• Post Reply Bookmark Topic Watch Topic
  • New Topic
permaculture forums growies critters building homesteading energy monies kitchen purity ungarbage community wilderness fiber arts art permaculture artisans regional education skip experiences global resources cider press projects digital market permies.com pie forums private forums all forums
this forum made possible by our volunteer staff, including ...
master stewards:
  • Anne Miller
  • jordan barton
  • Pearl Sutton
  • r ranson
  • Nicole Alderman
  • Greg Martin
  • Steve Thorn
stewards:
  • paul wheaton
  • Leigh Tate
  • Mike Haasl
master gardeners:
  • John F Dean
gardeners:
  • Carla Burke
  • Stacie Kim
  • Jay Angler

All leaves, no vegetable

 
Posts: 6
  • Likes 3
  • Mark post as helpful
  • send pies
    Number of slices to send:
    Optional 'thank-you' note:
  • Quote
  • Report post to moderator
Hoping for guidance in my greenhouse garden.  I get all leaves and no produce.
What am I missing in my soil?  I have lots of worms and I mulch with alfalfa and some chop and drop grass and peas and whatever else grows.
Thanks for any suggestions!
 
gardener
Posts: 818
Location: the mountains of western nc
187
forest garden trees foraging chicken food preservation wood heat
  • Mark post as helpful
  • send pies
    Number of slices to send:
    Optional 'thank-you' note:
  • Quote
  • Report post to moderator
what kind of veggies are we talking about? roots, fruits, flowerbuds like broccoli?
 
Posts: 19
Location: Yorkshire, UK 🇬🇧 (Zone 8A, I think)
5
cat urban ungarbage
  • Likes 4
  • Mark post as helpful
  • send pies
    Number of slices to send:
    Optional 'thank-you' note:
  • Quote
  • Report post to moderator
That can be because your soil is high nitrogen, so your plant puts a lot of energy into leafy growth to the detriment of other factors like roots or fruit. I understand this can be common if you use high nitrogen fertilisers, whether that’s something natural like urine, or synthetic ones.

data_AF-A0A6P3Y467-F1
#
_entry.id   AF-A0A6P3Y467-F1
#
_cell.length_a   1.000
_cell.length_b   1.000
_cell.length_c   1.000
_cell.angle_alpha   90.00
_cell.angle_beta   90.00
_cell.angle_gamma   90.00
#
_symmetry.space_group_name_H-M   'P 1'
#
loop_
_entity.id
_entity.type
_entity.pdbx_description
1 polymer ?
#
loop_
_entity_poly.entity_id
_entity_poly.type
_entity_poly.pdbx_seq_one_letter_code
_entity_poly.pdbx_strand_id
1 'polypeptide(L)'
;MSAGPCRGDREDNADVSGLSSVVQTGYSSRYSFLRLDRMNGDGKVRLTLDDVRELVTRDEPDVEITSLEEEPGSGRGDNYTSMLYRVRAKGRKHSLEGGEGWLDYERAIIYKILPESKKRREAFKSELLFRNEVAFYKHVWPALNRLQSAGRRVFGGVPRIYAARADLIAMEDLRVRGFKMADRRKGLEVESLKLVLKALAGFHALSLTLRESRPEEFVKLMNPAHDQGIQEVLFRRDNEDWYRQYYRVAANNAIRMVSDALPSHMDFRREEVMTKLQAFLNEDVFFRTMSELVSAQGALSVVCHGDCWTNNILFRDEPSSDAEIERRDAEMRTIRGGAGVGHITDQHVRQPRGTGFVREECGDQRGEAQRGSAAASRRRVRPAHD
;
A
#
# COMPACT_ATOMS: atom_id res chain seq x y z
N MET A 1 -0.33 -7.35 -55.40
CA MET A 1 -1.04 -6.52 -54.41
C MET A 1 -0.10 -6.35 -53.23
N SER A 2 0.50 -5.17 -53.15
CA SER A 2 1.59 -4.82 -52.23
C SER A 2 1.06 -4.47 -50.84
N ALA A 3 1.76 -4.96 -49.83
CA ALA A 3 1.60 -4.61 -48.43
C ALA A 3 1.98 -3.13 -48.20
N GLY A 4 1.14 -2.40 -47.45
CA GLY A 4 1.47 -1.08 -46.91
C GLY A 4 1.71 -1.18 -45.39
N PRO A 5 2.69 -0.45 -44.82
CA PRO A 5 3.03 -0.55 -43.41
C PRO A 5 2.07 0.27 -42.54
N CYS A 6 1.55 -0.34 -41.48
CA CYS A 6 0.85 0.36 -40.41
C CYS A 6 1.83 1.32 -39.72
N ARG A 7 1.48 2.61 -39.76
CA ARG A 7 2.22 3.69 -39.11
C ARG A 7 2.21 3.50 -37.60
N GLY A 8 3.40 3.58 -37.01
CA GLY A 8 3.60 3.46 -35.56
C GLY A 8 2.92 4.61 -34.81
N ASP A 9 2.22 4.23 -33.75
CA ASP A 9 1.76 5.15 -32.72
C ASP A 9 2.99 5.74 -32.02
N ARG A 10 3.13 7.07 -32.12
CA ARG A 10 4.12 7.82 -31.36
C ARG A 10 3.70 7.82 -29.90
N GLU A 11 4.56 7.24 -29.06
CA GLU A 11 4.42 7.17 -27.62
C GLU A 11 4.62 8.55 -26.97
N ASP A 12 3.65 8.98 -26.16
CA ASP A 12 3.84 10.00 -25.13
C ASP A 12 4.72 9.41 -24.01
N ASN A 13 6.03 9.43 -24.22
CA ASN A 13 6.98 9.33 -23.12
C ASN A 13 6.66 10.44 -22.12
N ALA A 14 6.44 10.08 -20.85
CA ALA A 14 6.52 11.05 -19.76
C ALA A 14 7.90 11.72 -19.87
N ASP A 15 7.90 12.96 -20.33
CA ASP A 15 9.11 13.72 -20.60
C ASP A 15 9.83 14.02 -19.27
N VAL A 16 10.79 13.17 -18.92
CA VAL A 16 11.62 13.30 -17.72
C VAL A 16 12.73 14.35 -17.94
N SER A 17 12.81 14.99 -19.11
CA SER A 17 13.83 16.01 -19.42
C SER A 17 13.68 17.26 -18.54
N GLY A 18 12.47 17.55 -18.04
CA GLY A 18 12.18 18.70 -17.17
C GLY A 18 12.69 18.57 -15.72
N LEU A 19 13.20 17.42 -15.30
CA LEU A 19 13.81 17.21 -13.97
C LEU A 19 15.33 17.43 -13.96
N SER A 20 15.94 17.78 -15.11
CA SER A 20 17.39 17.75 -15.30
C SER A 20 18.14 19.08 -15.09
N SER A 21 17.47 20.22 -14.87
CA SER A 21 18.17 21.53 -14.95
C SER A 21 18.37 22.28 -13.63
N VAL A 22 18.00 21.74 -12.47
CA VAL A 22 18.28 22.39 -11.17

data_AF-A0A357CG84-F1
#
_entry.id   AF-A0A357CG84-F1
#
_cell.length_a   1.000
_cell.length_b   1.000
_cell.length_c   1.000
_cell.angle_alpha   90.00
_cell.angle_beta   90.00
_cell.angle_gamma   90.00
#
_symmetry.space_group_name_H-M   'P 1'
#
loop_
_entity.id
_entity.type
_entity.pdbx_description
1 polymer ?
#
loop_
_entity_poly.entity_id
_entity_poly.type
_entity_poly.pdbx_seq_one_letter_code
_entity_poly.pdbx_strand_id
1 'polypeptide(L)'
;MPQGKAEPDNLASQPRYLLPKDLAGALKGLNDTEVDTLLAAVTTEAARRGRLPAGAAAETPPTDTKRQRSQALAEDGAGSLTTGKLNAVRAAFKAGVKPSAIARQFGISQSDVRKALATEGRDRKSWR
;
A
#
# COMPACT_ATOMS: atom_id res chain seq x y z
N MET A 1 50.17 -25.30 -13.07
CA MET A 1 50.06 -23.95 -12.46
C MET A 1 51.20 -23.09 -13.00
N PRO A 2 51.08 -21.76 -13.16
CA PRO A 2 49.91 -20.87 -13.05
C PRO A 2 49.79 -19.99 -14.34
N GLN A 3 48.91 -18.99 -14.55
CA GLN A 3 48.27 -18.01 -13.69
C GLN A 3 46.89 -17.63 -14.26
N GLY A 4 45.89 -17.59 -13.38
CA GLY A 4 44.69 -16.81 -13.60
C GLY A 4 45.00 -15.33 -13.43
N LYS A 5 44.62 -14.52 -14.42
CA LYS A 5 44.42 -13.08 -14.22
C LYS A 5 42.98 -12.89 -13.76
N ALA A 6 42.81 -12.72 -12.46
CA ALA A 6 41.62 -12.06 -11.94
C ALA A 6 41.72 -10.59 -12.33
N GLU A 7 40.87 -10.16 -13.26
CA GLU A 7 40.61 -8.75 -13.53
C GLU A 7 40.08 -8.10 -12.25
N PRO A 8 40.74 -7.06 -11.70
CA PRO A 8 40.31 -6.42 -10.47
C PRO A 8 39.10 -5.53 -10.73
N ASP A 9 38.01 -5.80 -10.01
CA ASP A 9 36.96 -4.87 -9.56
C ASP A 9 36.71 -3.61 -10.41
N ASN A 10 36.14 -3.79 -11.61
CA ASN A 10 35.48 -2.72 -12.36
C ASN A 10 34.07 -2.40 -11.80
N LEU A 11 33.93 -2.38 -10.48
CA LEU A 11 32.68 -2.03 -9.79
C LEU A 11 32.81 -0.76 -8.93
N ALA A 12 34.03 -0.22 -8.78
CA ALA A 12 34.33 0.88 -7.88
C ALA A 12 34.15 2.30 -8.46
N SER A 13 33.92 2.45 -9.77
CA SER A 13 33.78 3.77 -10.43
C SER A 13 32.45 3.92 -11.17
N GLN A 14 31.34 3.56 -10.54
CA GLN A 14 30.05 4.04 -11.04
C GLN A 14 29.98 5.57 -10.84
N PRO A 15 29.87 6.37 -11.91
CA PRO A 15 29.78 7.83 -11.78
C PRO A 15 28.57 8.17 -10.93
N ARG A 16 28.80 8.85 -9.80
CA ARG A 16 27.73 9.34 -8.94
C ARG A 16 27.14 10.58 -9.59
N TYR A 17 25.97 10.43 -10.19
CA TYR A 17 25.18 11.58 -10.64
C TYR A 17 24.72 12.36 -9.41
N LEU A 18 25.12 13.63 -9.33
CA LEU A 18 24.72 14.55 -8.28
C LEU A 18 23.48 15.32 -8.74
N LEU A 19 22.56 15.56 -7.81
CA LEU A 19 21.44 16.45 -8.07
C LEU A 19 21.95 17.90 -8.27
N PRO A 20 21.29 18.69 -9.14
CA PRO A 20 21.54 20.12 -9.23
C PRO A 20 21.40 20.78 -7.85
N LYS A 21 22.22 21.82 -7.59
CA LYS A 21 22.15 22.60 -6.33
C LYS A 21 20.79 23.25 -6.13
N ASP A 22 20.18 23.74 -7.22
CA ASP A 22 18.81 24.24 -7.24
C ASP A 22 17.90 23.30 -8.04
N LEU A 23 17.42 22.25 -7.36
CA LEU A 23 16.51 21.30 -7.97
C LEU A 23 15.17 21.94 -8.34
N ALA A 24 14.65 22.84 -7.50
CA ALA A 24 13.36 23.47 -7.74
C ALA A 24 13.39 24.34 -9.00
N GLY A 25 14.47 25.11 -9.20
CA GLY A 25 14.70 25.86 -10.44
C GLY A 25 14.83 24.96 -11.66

N Beirl
Posts: 6
  • Mark post as helpful
  • send pies
    Number of slices to send:
    Optional 'thank-you' note:
  • Quote
  • Report post to moderator
Broccoli, cabbage, peas, kohlrabi, tomatoes, strawberries, anything that isn't (supposed to be so) leafy.  My collard greens, kale, chard lettuces, spinach, cilantro, etc do great.  My soil base is horse manure compost.
 
greg mosser
gardener
Posts: 818
Location: the mountains of western nc
187
forest garden trees foraging chicken food preservation wood heat
  • Likes 2
  • Mark post as helpful
  • send pies
    Number of slices to send:
    Optional 'thank-you' note:
  • Quote
  • Report post to moderator
yeah, sounds like a high nitrogen, low phosphorus situation. or high pH, where the phosphorus that is present isn’t easily accessible to the plants. how much of a hassle is it to get a soil test done?
 
N Beirl
Posts: 6
  • Mark post as helpful
  • send pies
    Number of slices to send:
    Optional 'thank-you' note:
  • Quote
  • Report post to moderator
I haven't explored getting a soil test locally, but could find out, I'm sure.  I have pH around 7 according to a little meter I picked up at Home depot. How do I make phosphorus available?
 
pollinator
Posts: 253
Location: USDA Zone 8b
43
monies foraging books medical herbs homestead
  • Likes 2
  • Mark post as helpful
  • send pies
    Number of slices to send:
    Optional 'thank-you' note:
  • Quote
  • Report post to moderator

N Beirl wrote: How do I make phosphorus available?



Well you could add some horse pee to compliment your horse poo.......but it would probably be better to add bone meal, clay or store bought fertilizer such as rock phosphate.

 
N Beirl
Posts: 6
  • Mark post as helpful
  • send pies
    Number of slices to send:
    Optional 'thank-you' note:
  • Quote
  • Report post to moderator
Thank you!  I appreciate your advice!
gift
 
100th Issue of Permaculture Magazine
will be released to subscribers in: soon!
reply
    Bookmark Topic Watch Topic
  • New Topic